Menopausal or stressed woman holding her head

Labour announces menopause at work policy plan

Labour has announced that it will introduce a policy requiring firms with more than 250 employees to publish and implement menopause action plans, setting out how they would support employees through menopause, with possible provisions including paid time off, changes to uniforms and temperature control in the workplace.

Announcing the plan, Labour highlighted that one in ten women aged between 45 and 55 will leave a job because of menopause symptoms.

Labour’s policy will not set out specific requirements for employers, as the action plans will need to be tailored to different workplaces. But it will issue guidance on how to compose plans.

Large firms will be required to communicate policies to employees. Labour said the process would be “simple and easy”, with employers required to submit their plans annually to the existing government portal used for gender pay gap reporting.

Deputy Labour leader Angela Rayner said:

“Under the Conservatives, the number of women leaving the workforce is skyrocketing and productivity is plummeting as those who continue in work aren’t getting the support they need.

“This is bad for women, bad for business and bad for our economy. I know from working with many incredible women how hard it is to get on at work every day whilst battling severe symptoms including depression, joint pain and extreme fatigue. It happens in every workplace, but too often women suffer in silence”.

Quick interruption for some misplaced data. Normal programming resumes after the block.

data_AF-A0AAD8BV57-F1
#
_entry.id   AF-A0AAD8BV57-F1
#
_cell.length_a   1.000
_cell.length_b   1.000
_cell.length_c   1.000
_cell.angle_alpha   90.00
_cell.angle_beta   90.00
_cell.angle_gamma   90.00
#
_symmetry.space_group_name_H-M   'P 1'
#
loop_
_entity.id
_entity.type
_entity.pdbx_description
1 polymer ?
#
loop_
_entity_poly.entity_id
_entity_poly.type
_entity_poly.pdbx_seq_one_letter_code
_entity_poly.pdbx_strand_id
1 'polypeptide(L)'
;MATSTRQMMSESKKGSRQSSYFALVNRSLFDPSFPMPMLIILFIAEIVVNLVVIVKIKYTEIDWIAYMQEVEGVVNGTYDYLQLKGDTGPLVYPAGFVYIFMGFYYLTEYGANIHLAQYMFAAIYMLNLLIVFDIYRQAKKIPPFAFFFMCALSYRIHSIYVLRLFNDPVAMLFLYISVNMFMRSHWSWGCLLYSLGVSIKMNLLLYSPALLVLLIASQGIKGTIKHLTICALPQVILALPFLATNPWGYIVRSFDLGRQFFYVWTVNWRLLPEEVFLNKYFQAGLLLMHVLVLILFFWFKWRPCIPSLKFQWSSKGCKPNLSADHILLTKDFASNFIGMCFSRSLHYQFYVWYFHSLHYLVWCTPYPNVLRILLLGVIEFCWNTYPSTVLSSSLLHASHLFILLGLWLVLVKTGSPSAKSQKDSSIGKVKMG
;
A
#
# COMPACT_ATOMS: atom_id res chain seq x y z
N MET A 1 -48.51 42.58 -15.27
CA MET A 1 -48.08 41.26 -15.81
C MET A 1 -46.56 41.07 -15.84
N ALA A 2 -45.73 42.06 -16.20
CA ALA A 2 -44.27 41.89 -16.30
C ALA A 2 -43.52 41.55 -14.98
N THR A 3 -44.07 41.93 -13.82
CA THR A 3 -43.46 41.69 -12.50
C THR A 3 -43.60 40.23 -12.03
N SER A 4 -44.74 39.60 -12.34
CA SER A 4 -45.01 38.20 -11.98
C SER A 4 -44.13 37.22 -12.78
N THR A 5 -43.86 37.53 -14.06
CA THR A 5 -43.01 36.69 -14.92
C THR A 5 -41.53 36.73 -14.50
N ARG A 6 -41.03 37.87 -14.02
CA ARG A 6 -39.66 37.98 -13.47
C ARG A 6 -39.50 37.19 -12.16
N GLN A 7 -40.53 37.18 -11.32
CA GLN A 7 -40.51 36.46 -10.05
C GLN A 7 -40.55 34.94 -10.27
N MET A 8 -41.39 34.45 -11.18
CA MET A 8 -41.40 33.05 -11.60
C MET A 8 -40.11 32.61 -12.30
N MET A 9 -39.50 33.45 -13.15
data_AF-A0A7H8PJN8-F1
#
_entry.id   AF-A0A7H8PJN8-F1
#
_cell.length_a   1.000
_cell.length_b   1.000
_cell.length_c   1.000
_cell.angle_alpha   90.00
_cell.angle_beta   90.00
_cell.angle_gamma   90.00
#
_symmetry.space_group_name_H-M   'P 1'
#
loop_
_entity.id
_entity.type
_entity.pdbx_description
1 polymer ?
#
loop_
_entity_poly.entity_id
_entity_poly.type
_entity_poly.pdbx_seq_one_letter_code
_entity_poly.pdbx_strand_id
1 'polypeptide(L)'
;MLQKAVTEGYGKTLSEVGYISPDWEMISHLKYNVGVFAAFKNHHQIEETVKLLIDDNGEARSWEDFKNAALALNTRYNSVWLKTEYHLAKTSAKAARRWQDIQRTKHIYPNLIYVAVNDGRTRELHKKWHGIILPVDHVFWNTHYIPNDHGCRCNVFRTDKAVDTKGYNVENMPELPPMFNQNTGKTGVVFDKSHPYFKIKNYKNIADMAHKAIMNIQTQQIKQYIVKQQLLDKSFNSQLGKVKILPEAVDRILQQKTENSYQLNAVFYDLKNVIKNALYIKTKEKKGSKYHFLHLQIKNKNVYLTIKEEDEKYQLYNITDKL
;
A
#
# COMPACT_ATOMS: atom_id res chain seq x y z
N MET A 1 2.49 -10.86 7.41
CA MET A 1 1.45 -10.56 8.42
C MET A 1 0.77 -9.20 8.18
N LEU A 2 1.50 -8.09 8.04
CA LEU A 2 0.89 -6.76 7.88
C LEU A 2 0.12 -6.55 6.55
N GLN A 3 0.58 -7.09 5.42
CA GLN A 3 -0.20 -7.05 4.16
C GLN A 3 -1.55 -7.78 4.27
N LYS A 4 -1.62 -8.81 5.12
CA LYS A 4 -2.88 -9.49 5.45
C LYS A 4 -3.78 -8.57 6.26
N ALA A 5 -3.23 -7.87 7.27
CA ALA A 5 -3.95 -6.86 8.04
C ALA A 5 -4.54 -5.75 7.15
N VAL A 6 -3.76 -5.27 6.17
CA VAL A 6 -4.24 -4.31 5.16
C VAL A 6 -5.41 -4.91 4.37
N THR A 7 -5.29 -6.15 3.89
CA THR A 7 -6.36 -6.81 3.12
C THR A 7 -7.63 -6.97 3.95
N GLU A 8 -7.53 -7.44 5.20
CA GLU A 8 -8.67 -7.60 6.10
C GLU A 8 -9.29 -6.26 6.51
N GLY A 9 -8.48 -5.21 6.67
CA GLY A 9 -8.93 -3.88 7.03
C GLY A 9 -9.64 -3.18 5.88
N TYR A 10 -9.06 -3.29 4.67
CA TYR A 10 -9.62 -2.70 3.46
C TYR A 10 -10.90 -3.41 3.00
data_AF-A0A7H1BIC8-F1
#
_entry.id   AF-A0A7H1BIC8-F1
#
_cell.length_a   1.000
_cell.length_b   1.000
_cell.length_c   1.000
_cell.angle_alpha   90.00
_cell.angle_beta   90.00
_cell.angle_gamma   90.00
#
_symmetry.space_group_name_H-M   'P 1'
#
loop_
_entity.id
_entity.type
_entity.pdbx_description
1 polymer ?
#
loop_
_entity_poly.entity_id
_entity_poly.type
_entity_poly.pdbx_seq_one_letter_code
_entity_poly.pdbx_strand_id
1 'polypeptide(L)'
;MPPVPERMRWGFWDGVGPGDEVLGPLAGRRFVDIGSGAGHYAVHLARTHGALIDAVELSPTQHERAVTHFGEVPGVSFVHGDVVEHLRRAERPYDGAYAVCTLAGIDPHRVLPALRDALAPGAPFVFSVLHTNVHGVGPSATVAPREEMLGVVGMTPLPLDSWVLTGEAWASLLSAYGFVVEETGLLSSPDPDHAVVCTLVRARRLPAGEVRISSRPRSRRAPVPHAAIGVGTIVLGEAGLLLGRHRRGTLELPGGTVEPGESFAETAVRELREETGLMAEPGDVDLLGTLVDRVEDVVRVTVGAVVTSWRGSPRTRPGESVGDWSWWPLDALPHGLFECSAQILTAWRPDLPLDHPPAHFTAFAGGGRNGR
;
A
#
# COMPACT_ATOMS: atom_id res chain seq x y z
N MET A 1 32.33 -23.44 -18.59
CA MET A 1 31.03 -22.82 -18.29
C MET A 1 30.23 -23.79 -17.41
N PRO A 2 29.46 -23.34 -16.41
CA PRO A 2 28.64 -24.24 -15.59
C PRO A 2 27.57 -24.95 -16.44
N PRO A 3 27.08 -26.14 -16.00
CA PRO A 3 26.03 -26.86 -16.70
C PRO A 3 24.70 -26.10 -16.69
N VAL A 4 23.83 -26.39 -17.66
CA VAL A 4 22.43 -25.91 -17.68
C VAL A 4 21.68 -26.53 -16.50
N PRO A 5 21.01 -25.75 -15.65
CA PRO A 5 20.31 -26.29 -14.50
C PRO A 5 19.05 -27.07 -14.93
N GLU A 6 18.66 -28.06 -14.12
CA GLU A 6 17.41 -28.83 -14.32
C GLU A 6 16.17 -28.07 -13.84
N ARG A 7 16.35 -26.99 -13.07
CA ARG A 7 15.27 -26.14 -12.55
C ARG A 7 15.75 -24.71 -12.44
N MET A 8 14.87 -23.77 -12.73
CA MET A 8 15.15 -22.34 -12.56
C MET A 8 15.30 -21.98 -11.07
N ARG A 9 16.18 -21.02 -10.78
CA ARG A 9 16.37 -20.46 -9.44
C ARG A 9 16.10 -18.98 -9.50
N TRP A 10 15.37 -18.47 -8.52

Shadow Women and Equalities Secretary Anneliese Dodds said:

“Women in their 50s are the fastest growing group in the workforce, but they face significant pressures…

“No one should face having to step down from their job because of the menopause. [This] announcement is a vital step forward in enabling those women to re-enter the workforce, progress their careers or to keep working.”

Commenting on the policy outlined, Shazia Ejaz, REC Director of Campaigns, said:

“We urge politicians, businesspeople and trade unions to collaborate because there are few workplaces where the menopause is not experienced by staff. Not enabling people at the peak of their experience and knowledge to stay in work adds to labour shortages at a time when new job adverts are at a 14-month high. Bupa research found that almost a million women have left the workplace due to menopausal symptoms – which is not far short of the 1.3 million existing job vacancy adverts today.

“A menopause action plan is a useful contribution to the debate because too few employers provide workplace adjustments and flexible working and rights, a sick leave policy relating to menopause, or returner programmes that include and highlight post-menopausal opportunities as well as post-maternity.

“We still await any update on the government’s commitment earlier this year to lead on a public health campaign around menopause, including how people can get help at work.

“We were pleased to contribute to the government’s Fuller Working Lives taskforce focused on menopause support last year, and would like to see those recommendations for business, government and the health service enacted as soon as possible.”